I am fearful of fundamentalism, but not fundamentalists (and so can you!)

 

Recently I and a friend were invited to a fundamentalist church to attend for my church incognito project, but as I was finding out about the church I was cautioned about some of its practices and corporate beliefs. Now it’s not that often I am warned about a church and honestly I find it interesting when this happens.

I had the opportunity to attend this past weekend, and as it closer and closer to the time for the service to begin I thought less and less of attending. I gave thought to contacting my friend to join me, but I chickened out in extending the invitation. As I backed out in going I started thinking of the reasons why.

First off, I was worried about what my friend would think; he heard the caveats but he didn’t understand it to the extent that I did, and so I was worried he might not get it until we were in the midst of the service and then the “a ha” moment might kick in. Secondly, I was worried about my interaction with the members of this church; I attend a spiritually and emotionally healthy church, and I “forget” (suppress perhaps?) that fundamentalist churches are still out there.

I do realize that Christian fundamentalism hasn’t always been the anti-science, anti-thinking, anti-Bible questioning, anti-smoking, anti-drinking, infallible / inerrant bible believing, substitutionary atonement, homophobic, misogynistic, patriarchal authority figure it appears to be nowadays (and granted, more or less of what I’ve just posted). It was once about the fundamentals of what following Jesus looks like, but as technology advanced and science explained more about the world and its origins, beliefs that were once held with an open hand became closed.

Instead of engaging in science and technology, walls were fortified and fundamentalism became a system of security responding out of fear rather than love. And over the years, more things have caused the typical fundamentalist Christian to build more walls. At times I wonder if the walls are built to keep them in or to keep others out, and I’m left thinking it’s a both/and answer.

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It’s out of this framework that I am fearful of Christian fundamentalism on a personal level, but at the same time I intentionally try to see the humanity and divinity of those who align themselves accordingly. I’m told I need to engage structures more, but personally speaking if I’m to do this I bound to make assumptions and lose sight of what actually matters.
I am also fearful of Christian fundamentalism and it’s marginalization of “the other” and I am someone who has LGBTQ+ friends, Muslim friends, Atheist and Agnostic friends. There isn’t a place for them at the table of Christian fundamentalism, and that’s why I bring it back to me; to widen my doors, to set more tables, because I am fundamentally inclusive to ALL.

This system exists, but I am glad it will not always exist. It sustainability depends on naivete, gullibility, fear, and power. When people pull back the curtain and see the wizard for all he is, there’s no need to pay attention to the man behind the curtain, and thus the fire of Christian fundamentalism will be snuffed out. Thanks be to God!

Onward and upward,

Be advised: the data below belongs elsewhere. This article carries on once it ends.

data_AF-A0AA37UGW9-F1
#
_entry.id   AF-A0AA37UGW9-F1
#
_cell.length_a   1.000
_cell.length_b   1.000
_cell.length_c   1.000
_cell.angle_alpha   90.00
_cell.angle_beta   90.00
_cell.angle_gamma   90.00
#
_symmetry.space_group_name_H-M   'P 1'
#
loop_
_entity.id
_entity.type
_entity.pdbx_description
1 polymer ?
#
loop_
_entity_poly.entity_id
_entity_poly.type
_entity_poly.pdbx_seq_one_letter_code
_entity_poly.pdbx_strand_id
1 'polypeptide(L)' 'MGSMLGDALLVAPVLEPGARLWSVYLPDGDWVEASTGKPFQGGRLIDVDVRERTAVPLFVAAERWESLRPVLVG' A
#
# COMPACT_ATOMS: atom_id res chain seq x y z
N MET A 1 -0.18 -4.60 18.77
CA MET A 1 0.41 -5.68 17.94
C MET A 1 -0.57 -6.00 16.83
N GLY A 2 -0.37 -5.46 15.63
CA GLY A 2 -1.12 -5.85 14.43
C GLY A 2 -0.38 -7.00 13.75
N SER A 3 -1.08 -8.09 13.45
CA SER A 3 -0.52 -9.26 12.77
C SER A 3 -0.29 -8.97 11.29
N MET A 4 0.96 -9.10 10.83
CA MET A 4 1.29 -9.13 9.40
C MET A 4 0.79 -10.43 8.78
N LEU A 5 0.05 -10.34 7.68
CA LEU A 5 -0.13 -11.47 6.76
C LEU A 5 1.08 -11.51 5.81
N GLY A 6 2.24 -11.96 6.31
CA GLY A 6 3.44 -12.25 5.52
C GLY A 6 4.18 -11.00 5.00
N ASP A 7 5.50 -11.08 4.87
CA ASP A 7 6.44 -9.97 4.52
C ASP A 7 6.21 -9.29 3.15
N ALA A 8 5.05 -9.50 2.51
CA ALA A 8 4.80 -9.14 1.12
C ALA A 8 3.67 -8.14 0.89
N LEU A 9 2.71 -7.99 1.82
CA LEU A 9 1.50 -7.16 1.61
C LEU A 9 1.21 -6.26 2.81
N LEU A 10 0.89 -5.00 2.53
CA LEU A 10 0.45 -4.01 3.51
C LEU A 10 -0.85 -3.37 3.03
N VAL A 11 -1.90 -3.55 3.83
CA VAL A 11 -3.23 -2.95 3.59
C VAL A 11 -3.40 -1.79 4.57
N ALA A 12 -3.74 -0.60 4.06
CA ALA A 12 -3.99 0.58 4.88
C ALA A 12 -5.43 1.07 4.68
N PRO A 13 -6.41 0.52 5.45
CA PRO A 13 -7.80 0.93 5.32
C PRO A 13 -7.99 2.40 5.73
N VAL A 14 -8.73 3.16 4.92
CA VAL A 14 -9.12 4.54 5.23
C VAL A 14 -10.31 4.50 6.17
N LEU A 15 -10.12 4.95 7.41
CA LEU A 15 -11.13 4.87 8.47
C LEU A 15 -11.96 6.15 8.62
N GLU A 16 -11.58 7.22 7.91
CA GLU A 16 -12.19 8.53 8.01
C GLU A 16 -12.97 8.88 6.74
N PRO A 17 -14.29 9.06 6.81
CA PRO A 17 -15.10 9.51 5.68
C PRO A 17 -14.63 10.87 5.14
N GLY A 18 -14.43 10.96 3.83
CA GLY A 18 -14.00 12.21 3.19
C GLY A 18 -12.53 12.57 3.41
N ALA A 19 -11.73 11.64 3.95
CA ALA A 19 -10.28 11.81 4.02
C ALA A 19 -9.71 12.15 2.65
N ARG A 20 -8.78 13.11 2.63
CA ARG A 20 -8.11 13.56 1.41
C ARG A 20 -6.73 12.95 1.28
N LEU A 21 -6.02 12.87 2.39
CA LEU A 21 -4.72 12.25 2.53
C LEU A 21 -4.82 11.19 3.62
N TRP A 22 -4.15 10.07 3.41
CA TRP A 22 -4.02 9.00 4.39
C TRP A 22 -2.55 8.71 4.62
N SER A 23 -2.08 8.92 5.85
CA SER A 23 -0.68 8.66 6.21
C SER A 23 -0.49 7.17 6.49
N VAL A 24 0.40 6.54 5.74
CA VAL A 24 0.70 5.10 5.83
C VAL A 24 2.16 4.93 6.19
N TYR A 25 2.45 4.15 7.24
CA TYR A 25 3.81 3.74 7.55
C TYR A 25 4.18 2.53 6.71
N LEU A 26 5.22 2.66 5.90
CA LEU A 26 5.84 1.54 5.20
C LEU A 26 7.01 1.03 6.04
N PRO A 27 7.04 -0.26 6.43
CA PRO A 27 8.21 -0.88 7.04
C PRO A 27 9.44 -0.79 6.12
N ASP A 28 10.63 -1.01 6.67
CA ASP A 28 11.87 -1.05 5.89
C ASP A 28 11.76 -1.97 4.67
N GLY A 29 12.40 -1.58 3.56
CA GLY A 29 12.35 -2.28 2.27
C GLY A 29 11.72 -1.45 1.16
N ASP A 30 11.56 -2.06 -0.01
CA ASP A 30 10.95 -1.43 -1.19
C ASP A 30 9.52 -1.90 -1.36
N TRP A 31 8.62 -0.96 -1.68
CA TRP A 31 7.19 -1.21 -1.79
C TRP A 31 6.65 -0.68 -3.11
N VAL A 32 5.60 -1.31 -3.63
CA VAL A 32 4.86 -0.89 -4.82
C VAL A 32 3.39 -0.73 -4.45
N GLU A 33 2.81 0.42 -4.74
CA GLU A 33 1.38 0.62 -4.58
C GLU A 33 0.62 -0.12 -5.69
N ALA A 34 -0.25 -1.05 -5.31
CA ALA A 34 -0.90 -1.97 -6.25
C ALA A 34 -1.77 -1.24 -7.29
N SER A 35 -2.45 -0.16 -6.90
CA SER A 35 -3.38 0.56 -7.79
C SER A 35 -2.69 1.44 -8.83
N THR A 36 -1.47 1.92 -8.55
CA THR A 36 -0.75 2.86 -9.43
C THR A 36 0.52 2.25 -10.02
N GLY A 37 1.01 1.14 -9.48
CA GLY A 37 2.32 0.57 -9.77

Nathanael

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Holidays with the Harrisons / The beauty of messy hospitality

My roommate Brian is a swell guy, and in getting to know him better I have also gotten to know his family as well. They have invited me to several family functions, mainly holiday (and soon, a wedding) and today on Easter it was no different.

It started off with going to Easter at 11am at Springbrook Community Church where Brian’s father is the lead pastor.

I was a little early for the 11am service, so I waited around till Brian arrived and then we went into the sanctuary as it was starting…

It was a good Easter service with a few sleigh-of-hand’s by Brian’s father, a lot of laughter and a lot of celebration of the resurrection. From there I met some people Brian knows, and it was nice and social. From there I drove over to their house for Easter lunch, which was great because they do a good job at being themselves and being hospitable.

“Messy Hospitality” is a phrase I’ve heard before to describe hospitality as-is, no hook lines and sinkers, no catches, what you see is what you get, and so on. The Harrison’s home is such a place, and there’s a welcoming in that family that is “as-is” and I love it completely.
Messy hospitality can get complicated as its fractured and untidy. But I suppose that’s the beauty of it, it comes unvarnished and doesn’t have a shine to it for appearance’s sake. As Leonard Cohen croons in Anthem;

                                                              Ring the bells that still can ring
                                                              Forget your perfect offering
                                                              There is a crack in everything
                                                              That’s how the light gets in.

Growing up my family’s life was very private, and consequently my life was very privatized and compartmentalized. Some of it A lot of it was operating out of fear, and fear compounds itself on fear and before you know it you have this massive fear stack that you have no idea how you’re going to dismantle it…except, say if you move in the direction of honesty (to self inasmuch to others), even if that means transparency and, ultimately, messy hospitality.